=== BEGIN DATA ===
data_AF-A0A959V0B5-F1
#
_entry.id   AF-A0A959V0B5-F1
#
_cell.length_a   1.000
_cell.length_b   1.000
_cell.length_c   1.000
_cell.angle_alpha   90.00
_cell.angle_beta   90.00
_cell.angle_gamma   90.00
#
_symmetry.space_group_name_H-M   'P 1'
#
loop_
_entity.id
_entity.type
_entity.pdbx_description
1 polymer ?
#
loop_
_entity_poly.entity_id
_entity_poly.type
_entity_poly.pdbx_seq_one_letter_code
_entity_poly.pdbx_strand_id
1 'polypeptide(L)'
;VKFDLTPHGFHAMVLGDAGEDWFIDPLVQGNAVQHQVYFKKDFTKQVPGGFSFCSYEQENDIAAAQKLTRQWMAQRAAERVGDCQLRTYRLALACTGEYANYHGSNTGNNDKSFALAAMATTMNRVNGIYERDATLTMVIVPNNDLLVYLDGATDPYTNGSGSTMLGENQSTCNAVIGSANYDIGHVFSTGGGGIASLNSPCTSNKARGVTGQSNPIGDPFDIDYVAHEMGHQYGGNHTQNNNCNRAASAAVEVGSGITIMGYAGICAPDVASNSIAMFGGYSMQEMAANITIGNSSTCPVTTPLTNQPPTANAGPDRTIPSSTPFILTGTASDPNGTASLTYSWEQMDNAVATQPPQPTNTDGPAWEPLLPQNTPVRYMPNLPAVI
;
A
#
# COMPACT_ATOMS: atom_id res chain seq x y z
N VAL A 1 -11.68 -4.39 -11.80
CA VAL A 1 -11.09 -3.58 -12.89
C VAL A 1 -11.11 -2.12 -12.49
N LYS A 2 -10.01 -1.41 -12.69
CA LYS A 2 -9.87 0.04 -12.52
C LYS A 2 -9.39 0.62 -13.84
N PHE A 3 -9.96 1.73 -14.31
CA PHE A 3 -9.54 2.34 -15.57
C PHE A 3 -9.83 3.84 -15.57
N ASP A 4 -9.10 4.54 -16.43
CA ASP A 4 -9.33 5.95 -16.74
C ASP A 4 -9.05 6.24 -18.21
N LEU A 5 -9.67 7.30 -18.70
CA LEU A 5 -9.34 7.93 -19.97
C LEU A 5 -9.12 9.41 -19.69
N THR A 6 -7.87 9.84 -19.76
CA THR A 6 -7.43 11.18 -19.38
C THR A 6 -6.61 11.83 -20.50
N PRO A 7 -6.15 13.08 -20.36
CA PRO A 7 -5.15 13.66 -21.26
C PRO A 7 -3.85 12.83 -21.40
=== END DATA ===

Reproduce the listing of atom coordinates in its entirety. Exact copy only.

data_AF-A0A959V0B5-F1
#
_entry.id   AF-A0A959V0B5-F1
#
_cell.length_a   1.000
_cell.length_b   1.000
_cell.length_c   1.000
_cell.angle_alpha   90.00
_cell.angle_beta   90.00
_cell.angle_gamma   90.00
#
_symmetry.space_group_name_H-M   'P 1'
#
loop_
_entity.id
_entity.type
_entity.pdbx_description
1 polymer ?
#
loop_
_entity_poly.entity_id
_entity_poly.type
_entity_poly.pdbx_seq_one_letter_code
_entity_poly.pdbx_strand_id
1 'polypeptide(L)'
;VKFDLTPHGFHAMVLGDAGEDWFIDPLVQGNAVQHQVYFKKDFTKQVPGGFSFCSYEQENDIAAAQKLTRQWMAQRAAERVGDCQLRTYRLALACTGEYANYHGSNTGNNDKSFALAAMATTMNRVNGIYERDATLTMVIVPNNDLLVYLDGATDPYTNGSGSTMLGENQSTCNAVIGSANYDIGHVFSTGGGGIASLNSPCTSNKARGVTGQSNPIGDPFDIDYVAHEMGHQYGGNHTQNNNCNRAASAAVEVGSGITIMGYAGICAPDVASNSIAMFGGYSMQEMAANITIGNSSTCPVTTPLTNQPPTANAGPDRTIPSSTPFILTGTASDPNGTASLTYSWEQMDNAVATQPPQPTNTDGPAWEPLLPQNTPVRYMPNLPAVI
;
A
#
# COMPACT_ATOMS: atom_id res chain seq x y z
N VAL A 1 -11.68 -4.39 -11.80
CA VAL A 1 -11.09 -3.58 -12.89
C VAL A 1 -11.11 -2.12 -12.49
N LYS A 2 -10.01 -1.41 -12.69
CA LYS A 2 -9.87 0.04 -12.52
C LYS A 2 -9.39 0.62 -13.84
N PHE A 3 -9.96 1.73 -14.31
CA PHE A 3 -9.54 2.34 -15.57
C PHE A 3 -9.83 3.84 -15.57
N ASP A 4 -9.10 4.54 -16.43
CA ASP A 4 -9.33 5.95 -16.74
C ASP A 4 -9.05 6.24 -18.21
N LEU A 5 -9.67 7.30 -18.70
CA LEU A 5 -9.34 7.93 -19.97
C LEU A 5 -9.12 9.41 -19.69
N THR A 6 -7.87 9.84 -19.76
CA THR A 6 -7.43 11.18 -19.38
C THR A 6 -6.61 11.83 -20.50
N PRO A 7 -6.15 13.08 -20.36
CA PRO A 7 -5.15 13.66 -21.26
C PRO A 7 -3.85 12.83 -21.40